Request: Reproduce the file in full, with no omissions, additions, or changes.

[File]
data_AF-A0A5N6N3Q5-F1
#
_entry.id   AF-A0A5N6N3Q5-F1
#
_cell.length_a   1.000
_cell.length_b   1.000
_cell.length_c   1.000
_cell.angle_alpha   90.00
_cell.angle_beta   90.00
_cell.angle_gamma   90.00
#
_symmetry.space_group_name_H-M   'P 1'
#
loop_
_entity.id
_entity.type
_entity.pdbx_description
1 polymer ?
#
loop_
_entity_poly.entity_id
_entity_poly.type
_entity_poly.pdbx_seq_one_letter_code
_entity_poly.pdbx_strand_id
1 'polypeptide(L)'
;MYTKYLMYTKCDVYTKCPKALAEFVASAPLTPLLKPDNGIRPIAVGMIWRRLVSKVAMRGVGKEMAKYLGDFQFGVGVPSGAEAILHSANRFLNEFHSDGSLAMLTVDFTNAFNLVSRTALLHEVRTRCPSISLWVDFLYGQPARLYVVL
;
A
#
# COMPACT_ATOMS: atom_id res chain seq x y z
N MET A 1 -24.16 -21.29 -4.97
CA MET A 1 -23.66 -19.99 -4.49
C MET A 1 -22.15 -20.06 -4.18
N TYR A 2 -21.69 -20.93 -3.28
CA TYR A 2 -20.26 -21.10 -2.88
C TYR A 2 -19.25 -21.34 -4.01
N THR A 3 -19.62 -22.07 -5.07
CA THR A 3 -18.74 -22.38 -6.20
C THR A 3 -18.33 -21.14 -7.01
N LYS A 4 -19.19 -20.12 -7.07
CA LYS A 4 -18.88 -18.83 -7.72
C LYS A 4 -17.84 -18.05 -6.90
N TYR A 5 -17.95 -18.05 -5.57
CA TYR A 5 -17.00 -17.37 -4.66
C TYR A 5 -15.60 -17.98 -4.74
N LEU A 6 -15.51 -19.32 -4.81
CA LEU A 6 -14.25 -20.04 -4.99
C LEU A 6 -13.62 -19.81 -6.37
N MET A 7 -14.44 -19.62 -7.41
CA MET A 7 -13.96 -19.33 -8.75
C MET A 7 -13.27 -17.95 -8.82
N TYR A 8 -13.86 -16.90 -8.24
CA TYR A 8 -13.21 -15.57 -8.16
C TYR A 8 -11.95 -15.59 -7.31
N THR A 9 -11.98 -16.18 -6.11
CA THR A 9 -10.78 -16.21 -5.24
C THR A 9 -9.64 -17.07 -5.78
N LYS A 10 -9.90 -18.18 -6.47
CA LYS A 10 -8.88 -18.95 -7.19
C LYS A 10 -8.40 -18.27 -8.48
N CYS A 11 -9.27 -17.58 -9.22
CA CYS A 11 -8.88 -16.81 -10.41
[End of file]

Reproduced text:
data_AF-A0A5N6N3Q5-F1
#
_entry.id   AF-A0A5N6N3Q5-F1
#
_cell.length_a   1.000
_cell.length_b   1.000
_cell.length_c   1.000
_cell.angle_alpha   90.00
_cell.angle_beta   90.00
_cell.angle_gamma   90.00
#
_symmetry.space_group_name_H-M   'P 1'
#
loop_
_entity.id
_entity.type
_entity.pdbx_description
1 polymer ?
#
loop_
_entity_poly.entity_id
_entity_poly.type
_entity_poly.pdbx_seq_one_letter_code
_entity_poly.pdbx_strand_id
1 'polypeptide(L)'
;MYTKYLMYTKCDVYTKCPKALAEFVASAPLTPLLKPDNGIRPIAVGMIWRRLVSKVAMRGVGKEMAKYLGDFQFGVGVPSGAEAILHSANRFLNEFHSDGSLAMLTVDFTNAFNLVSRTALLHEVRTRCPSISLWVDFLYGQPARLYVVL
;
A
#
# COMPACT_ATOMS: atom_id res chain seq x y z
N MET A 1 -24.16 -21.29 -4.97
CA MET A 1 -23.66 -19.99 -4.49
C MET A 1 -22.15 -20.06 -4.18
N TYR A 2 -21.69 -20.93 -3.28
CA TYR A 2 -20.26 -21.10 -2.88
C TYR A 2 -19.25 -21.34 -4.01
N THR A 3 -19.62 -22.07 -5.07
CA THR A 3 -18.74 -22.38 -6.20
C THR A 3 -18.33 -21.14 -7.01
N LYS A 4 -19.19 -20.12 -7.07
CA LYS A 4 -18.88 -18.83 -7.72
C LYS A 4 -17.84 -18.05 -6.90
N TYR A 5 -17.95 -18.05 -5.57
CA TYR A 5 -17.00 -17.37 -4.66
C TYR A 5 -15.60 -17.98 -4.74
N LEU A 6 -15.51 -19.32 -4.81
CA LEU A 6 -14.25 -20.04 -4.99
C LEU A 6 -13.62 -19.81 -6.37
N MET A 7 -14.44 -19.62 -7.41
CA MET A 7 -13.96 -19.33 -8.75
C MET A 7 -13.27 -17.95 -8.82
N TYR A 8 -13.86 -16.90 -8.24
CA TYR A 8 -13.21 -15.57 -8.16
C TYR A 8 -11.95 -15.59 -7.31
N THR A 9 -11.98 -16.18 -6.11
CA THR A 9 -10.78 -16.21 -5.24
C THR A 9 -9.64 -17.07 -5.78
N LYS A 10 -9.90 -18.18 -6.47
CA LYS A 10 -8.88 -18.95 -7.19
C LYS A 10 -8.40 -18.27 -8.48
N CYS A 11 -9.27 -17.58 -9.22
CA CYS A 11 -8.88 -16.81 -10.41